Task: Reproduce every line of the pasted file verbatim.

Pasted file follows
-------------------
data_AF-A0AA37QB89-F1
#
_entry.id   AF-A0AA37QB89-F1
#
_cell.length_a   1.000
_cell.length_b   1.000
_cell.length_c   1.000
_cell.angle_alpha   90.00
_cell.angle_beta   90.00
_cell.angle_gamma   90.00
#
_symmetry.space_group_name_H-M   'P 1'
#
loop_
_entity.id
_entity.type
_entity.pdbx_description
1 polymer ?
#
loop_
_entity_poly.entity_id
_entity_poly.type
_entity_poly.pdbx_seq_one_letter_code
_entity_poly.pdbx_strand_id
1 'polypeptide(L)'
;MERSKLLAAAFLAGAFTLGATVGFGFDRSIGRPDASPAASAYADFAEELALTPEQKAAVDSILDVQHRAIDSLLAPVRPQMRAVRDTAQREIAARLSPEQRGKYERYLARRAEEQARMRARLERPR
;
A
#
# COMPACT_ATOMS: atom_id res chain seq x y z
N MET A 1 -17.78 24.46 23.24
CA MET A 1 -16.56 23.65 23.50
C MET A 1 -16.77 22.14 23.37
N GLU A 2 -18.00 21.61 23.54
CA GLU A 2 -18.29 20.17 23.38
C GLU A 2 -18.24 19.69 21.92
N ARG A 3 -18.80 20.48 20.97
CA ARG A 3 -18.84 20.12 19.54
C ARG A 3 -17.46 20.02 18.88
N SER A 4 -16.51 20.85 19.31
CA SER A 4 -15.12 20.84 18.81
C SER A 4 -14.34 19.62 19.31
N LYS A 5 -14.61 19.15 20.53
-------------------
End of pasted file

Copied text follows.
data_AF-A0AA37QB89-F1
#
_entry.id   AF-A0AA37QB89-F1
#
_cell.length_a   1.000
_cell.length_b   1.000
_cell.length_c   1.000
_cell.angle_alpha   90.00
_cell.angle_beta   90.00
_cell.angle_gamma   90.00
#
_symmetry.space_group_name_H-M   'P 1'
#
loop_
_entity.id
_entity.type
_entity.pdbx_description
1 polymer ?
#
loop_
_entity_poly.entity_id
_entity_poly.type
_entity_poly.pdbx_seq_one_letter_code
_entity_poly.pdbx_strand_id
1 'polypeptide(L)'
;MERSKLLAAAFLAGAFTLGATVGFGFDRSIGRPDASPAASAYADFAEELALTPEQKAAVDSILDVQHRAIDSLLAPVRPQMRAVRDTAQREIAARLSPEQRGKYERYLARRAEEQARMRARLERPR
;
A
#
# COMPACT_ATOMS: atom_id res chain seq x y z
N MET A 1 -17.78 24.46 23.24
CA MET A 1 -16.56 23.65 23.50
C MET A 1 -16.77 22.14 23.37
N GLU A 2 -18.00 21.61 23.54
CA GLU A 2 -18.29 20.17 23.38
C GLU A 2 -18.24 19.69 21.92
N ARG A 3 -18.80 20.48 20.97
CA ARG A 3 -18.84 20.12 19.54
C ARG A 3 -17.46 20.02 18.88
N SER A 4 -16.51 20.85 19.31
CA SER A 4 -15.12 20.84 18.81
C SER A 4 -14.34 19.62 19.31
N LYS A 5 -14.61 19.15 20.53